Mr. Tokpa was in Ghana attending a research conference of Afrobarometer (a series of comparative public attitude surveys on democracy, governance, civil society and markets in Africa) where he had access to better internet access to communicate his eye witness account with me. As he narrated, I vividly pictured myself once growing up in the very/identical conditions he was describing to me. As he prepared to return to Liberia to begin his second tour through Bokomu , another District within his electoral District, He have no doubt about what awaits him as he has already seen a lot during his initial tour of parts of Electoral District # 3. He said “I also look forward to additional surprises and I am preparing my heart for calm. Incidentally, the adventure has great research value. And each time that I embark on a tour of imagination, I look forward to collaboration with other nationalistic Liberians to capture the experience of our people who I can see living in centuries behind today”.

The problem is grave and it is common to encounter legitimate request for assistance in every town. The teachers according to him, were the first to admit that they are untrained place holders until appropriate interventions can be made in the educational sector. Mr. Tokpa observed that while the need to call education ministry authorities attention to this problem is urgent, there are immediate requests for blackboards and chalks. He said some existing blackboards are all damp because they are under leaking thatch roofs. So one popular request is for zinc and nails to construct schools. Most students can't even afford copy books or uniforms. Nor have most teachers materials with which to teach.

Another observation he made is in the area of midwives. He said in the absence of health centers, the midwives association has become a very important part of the decision making structures in all the towns because of the important roles that they play in delivery. Their overwhelming request is for materials to work with. So, one of the first things that he did after the tour was to arrange a meeting with the registrar general of the Liberia medical and dental association, Fortunately, The registrar General is presently inspecting health centers in Monrovia and he could relate to the situation. Mr. Tokpa said The Registrar General who recently returned home from A U.S. State of New Jersey to help his Country was alarmed when the situation in Electoral District # 3 was brought to his attention.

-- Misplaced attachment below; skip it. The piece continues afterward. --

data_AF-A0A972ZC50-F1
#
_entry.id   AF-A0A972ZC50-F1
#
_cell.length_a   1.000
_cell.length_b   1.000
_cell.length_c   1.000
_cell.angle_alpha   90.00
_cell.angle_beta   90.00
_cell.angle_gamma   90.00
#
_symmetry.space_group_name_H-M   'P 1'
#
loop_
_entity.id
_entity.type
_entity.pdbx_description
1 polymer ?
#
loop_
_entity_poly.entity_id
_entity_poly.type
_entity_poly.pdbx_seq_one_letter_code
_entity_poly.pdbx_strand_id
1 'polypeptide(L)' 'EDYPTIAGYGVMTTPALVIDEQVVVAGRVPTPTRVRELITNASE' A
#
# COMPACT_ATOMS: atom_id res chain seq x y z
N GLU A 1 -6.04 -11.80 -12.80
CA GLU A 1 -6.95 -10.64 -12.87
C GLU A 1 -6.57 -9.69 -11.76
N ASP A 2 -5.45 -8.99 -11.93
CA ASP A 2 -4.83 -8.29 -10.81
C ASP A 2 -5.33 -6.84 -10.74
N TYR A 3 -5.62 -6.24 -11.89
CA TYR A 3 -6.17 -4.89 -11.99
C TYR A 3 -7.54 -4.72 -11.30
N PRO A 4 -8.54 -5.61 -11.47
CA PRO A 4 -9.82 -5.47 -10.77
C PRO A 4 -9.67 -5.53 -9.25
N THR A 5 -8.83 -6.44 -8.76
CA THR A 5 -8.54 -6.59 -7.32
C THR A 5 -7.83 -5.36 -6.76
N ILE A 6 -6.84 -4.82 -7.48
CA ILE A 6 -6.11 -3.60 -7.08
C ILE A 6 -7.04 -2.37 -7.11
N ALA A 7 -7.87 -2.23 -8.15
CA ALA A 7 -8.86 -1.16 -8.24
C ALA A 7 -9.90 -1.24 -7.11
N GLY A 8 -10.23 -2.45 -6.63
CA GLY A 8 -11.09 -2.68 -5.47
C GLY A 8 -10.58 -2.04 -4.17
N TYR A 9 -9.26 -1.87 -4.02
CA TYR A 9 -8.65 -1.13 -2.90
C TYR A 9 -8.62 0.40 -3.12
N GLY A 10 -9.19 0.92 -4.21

young men are requesting for chain saws (power saws) to do the continuous self help work of road cleaning on the foot paths. Large trees fall on the roads almost on a daily basis. They have to be removed or by-passed. Makeshift bridges over streams and creeks must be constructed almost always, as movement between the towns is constant.
He said “I was keen to find out from these young men why they have left school for the gold fields and other economic ventures. Their response was singular - shame. They said they could not afford to sit in class with their children and "compete" for knowledge when they needed to be taking care of their families. They admitted interest in learning but through night schools. They always repeated the interest in adult literacy schools”.

The candidate thinks such developments need both quick impact and well thought out interventions. But as he suggested to his people, interventions will have to be incremental and well spread out (indiscriminately) until it all come together. Mr. Alaric Tokpa’s vision is to improve social economic conditions and create better future for the children and residents of District Number Three in Gbarpolu County and Liberia as a whole.

1 comment:

George M. Fancher said...

You have an informative blog. I’ve learned something from it. I do have mine too Thanks